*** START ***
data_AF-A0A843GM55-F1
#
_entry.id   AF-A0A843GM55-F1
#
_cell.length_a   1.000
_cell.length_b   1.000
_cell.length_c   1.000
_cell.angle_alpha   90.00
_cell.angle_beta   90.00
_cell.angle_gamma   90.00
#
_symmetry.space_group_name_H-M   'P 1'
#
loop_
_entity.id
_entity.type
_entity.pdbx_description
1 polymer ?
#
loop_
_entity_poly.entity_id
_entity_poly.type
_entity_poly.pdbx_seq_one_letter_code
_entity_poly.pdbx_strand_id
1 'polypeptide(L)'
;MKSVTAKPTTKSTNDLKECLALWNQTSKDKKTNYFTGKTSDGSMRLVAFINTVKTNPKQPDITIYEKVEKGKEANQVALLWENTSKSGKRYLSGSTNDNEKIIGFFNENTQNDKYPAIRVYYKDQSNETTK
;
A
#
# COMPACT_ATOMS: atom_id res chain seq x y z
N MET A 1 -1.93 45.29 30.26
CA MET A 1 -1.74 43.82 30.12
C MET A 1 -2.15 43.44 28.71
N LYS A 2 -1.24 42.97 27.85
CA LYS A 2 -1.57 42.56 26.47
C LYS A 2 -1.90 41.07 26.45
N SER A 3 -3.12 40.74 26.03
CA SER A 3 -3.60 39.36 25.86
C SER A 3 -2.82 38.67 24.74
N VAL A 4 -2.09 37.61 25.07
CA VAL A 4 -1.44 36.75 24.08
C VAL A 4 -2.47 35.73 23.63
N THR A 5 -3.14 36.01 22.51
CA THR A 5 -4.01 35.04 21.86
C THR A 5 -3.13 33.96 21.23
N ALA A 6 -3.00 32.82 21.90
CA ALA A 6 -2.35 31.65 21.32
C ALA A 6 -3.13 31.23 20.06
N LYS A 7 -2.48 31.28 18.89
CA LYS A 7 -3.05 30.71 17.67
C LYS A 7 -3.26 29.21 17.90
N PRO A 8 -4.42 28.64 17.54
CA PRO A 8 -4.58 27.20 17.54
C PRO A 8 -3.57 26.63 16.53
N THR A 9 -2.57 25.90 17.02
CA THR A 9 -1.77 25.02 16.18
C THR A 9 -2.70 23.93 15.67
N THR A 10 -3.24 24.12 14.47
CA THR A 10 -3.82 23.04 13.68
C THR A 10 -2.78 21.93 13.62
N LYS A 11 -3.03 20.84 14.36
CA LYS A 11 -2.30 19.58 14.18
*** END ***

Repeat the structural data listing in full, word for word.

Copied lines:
data_AF-A0A843GM55-F1
#
_entry.id   AF-A0A843GM55-F1
#
_cell.length_a   1.000
_cell.length_b   1.000
_cell.length_c   1.000
_cell.angle_alpha   90.00
_cell.angle_beta   90.00
_cell.angle_gamma   90.00
#
_symmetry.space_group_name_H-M   'P 1'
#
loop_
_entity.id
_entity.type
_entity.pdbx_description
1 polymer ?
#
loop_
_entity_poly.entity_id
_entity_poly.type
_entity_poly.pdbx_seq_one_letter_code
_entity_poly.pdbx_strand_id
1 'polypeptide(L)'
;MKSVTAKPTTKSTNDLKECLALWNQTSKDKKTNYFTGKTSDGSMRLVAFINTVKTNPKQPDITIYEKVEKGKEANQVALLWENTSKSGKRYLSGSTNDNEKIIGFFNENTQNDKYPAIRVYYKDQSNETTK
;
A
#
# COMPACT_ATOMS: atom_id res chain seq x y z
N MET A 1 -1.93 45.29 30.26
CA MET A 1 -1.74 43.82 30.12
C MET A 1 -2.15 43.44 28.71
N LYS A 2 -1.24 42.97 27.85
CA LYS A 2 -1.57 42.56 26.47
C LYS A 2 -1.90 41.07 26.45
N SER A 3 -3.12 40.74 26.03
CA SER A 3 -3.60 39.36 25.86
C SER A 3 -2.82 38.67 24.74
N VAL A 4 -2.09 37.61 25.07
CA VAL A 4 -1.44 36.75 24.08
C VAL A 4 -2.47 35.73 23.63
N THR A 5 -3.14 36.01 22.51
CA THR A 5 -4.01 35.04 21.86
C THR A 5 -3.13 33.96 21.23
N ALA A 6 -3.00 32.82 21.90
CA ALA A 6 -2.35 31.65 21.32
C ALA A 6 -3.13 31.23 20.06
N LYS A 7 -2.48 31.28 18.89
CA LYS A 7 -3.05 30.71 17.67
C LYS A 7 -3.26 29.21 17.90
N PRO A 8 -4.42 28.64 17.54
CA PRO A 8 -4.58 27.20 17.54
C PRO A 8 -3.57 26.63 16.53
N THR A 9 -2.57 25.90 17.02
CA THR A 9 -1.77 25.02 16.18
C THR A 9 -2.70 23.93 15.67
N THR A 10 -3.24 24.12 14.47
CA THR A 10 -3.82 23.04 13.68
C THR A 10 -2.78 21.93 13.62
N LYS A 11 -3.03 20.84 14.36
CA LYS A 11 -2.30 19.58 14.18